Last month we covered the commercial launch of Panoramic Power, an Israeli startup that taps a building’s power circuits for real-time energy feedback. On Tuesday, it revealed its first U.S. partner: Washington, D.C.-based AtSite, which is adding Panoramic’s clip-on, self-powered wireless nodes to buildings including the U.S. Green Building Council’s headquarters.
It’s an interesting partnership for the startup, which has raised $6 million so far from investors including Israel Cleantech Ventures, Greylock Partners and Qualcomm Ventures. AtSite provides a variety of energy and resource consulting services for about 40 customers of varying sizes, including the Adventist HealthCare hospital chain.
The 19-year-old company also works with building energy technology providers like lighting control startup Redwood Systems, building software vendor SkyFoundry and Honeywell’s Tridium building management platform.
But Panoramic’s sensors, which harvest power from the circuits they’re monitoring to wirelessly transmit their readings on a minute-by-minute basis, could give AtSite’s clients a level of detail of building energy mapping that’s usually too expensive for most building owners to implement, Davor Kapelina, AtSite’s CEO and president, said.
Panoramic has been able to achieve paybacks of less than a year in most cases, added Adi Shamir, company co-founder and CEO. The returns come not just from lower energy bills, but also from operations and maintenance benefits that stem from knowing when systems aren’t running within spec, or are getting close to failure, he noted. Panoramic also builds the software-as-a-service platform to run the systems, and performs analytics to drive decision making.
Panoramic is far from the only company working on networking buildings for energy sensing, of course. At the larger scale, big commercial and industrial clients are increasingly sub-metering their building systems for greater energy awareness, usually linked into a building management system from the likes of Honeywell, Johnson Controls, Siemens and Schneider Electric, to name a few giants in the field.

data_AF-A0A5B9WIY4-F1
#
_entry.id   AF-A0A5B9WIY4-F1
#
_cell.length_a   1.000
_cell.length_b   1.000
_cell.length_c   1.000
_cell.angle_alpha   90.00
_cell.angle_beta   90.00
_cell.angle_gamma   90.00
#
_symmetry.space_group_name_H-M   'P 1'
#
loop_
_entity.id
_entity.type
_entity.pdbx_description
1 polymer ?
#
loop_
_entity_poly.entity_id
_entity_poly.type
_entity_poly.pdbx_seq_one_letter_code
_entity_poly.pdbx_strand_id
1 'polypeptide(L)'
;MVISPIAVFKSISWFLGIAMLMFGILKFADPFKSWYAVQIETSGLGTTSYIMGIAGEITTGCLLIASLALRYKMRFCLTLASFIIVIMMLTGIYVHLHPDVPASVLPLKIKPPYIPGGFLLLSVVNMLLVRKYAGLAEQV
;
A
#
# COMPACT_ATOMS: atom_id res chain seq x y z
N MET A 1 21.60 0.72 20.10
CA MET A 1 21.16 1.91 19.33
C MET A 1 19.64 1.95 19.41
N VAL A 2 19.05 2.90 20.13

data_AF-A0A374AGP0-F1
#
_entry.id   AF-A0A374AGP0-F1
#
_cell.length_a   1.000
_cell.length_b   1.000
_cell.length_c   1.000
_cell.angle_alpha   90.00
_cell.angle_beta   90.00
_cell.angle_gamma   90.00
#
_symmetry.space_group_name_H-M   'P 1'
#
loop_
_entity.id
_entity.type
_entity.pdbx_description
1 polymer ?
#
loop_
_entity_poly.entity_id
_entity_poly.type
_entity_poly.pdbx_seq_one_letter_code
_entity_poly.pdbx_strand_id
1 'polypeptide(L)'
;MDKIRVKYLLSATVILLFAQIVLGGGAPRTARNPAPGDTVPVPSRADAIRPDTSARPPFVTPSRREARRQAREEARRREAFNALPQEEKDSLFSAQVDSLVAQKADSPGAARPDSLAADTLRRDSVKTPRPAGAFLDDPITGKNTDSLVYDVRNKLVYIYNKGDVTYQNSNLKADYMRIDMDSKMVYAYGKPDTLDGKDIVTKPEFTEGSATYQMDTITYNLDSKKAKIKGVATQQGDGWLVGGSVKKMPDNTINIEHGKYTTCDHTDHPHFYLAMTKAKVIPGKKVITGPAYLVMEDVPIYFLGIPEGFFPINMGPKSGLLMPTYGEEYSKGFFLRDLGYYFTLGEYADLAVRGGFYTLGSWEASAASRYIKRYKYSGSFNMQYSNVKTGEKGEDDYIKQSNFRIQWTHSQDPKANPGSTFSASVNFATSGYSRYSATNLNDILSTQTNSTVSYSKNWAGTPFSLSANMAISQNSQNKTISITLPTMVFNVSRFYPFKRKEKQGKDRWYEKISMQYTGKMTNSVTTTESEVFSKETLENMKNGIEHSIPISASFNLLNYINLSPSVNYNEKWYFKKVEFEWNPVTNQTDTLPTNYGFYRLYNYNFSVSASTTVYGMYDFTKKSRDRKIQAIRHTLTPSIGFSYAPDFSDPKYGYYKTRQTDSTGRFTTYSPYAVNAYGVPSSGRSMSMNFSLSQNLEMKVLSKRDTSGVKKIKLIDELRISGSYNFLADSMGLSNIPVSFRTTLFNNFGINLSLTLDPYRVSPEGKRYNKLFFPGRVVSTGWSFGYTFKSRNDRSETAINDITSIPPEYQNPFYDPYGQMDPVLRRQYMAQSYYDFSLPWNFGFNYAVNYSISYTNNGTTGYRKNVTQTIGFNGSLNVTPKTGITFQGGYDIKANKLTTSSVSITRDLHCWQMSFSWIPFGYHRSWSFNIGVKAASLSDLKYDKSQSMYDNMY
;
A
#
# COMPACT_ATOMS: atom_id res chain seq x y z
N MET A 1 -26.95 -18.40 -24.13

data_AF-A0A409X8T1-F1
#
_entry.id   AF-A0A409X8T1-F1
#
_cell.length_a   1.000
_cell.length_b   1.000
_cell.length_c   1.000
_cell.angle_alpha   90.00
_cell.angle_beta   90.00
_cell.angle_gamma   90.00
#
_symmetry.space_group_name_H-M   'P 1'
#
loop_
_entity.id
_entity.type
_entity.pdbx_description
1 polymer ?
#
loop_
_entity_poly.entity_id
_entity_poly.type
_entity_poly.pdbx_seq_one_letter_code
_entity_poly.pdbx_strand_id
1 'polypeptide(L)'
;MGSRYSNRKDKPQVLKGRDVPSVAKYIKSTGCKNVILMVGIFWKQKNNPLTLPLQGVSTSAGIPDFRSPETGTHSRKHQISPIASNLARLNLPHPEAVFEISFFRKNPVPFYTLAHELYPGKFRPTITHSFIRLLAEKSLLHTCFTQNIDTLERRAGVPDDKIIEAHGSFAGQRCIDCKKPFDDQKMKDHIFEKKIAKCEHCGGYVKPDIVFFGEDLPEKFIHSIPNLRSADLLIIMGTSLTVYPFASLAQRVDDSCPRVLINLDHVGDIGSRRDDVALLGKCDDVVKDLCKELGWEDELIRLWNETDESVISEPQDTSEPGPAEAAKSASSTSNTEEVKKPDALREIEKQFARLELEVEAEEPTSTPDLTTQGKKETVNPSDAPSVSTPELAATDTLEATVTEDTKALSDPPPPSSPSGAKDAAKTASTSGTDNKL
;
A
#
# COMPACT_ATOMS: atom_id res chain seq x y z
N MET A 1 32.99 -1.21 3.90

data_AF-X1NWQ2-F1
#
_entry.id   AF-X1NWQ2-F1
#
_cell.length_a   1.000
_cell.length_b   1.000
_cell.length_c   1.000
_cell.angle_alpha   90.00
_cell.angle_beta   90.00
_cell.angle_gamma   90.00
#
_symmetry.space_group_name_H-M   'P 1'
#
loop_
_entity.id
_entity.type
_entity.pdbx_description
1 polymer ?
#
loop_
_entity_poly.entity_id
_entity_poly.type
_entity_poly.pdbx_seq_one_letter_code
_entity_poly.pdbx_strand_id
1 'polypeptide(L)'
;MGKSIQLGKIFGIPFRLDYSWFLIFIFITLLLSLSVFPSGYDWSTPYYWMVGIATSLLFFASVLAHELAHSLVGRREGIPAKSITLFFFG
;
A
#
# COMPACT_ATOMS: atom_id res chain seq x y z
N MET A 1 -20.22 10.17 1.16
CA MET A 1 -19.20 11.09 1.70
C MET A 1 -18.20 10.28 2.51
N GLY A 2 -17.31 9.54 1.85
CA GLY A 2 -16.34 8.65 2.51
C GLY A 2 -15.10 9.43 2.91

But AtSite’s work with Panoramic, ongoing for the past few months, also includes facilities like supermarkets, chain restaurants and retail stores. Those small to mid-size buildings are hard to tackle with more expensive building management systems, but they also represent a fertile field for energy efficiency gains if the upfront costs can be contained.
Some startups aiming their sights at that market include San Diego, Calif.-based Advanced Telemetry, which provides HVAC controls for fast-food chains including some McDonalds restaurants, as well as home energy management in partnership with General Electric. Austin,Texas-based Incenergy provides energy management software to both utility-sponsored residential deployments and to commercial customers. And Newton, Mass.-based Powerhouse Dynamics has raised about $4.4 million to shift its focus from home energy management to retail chains.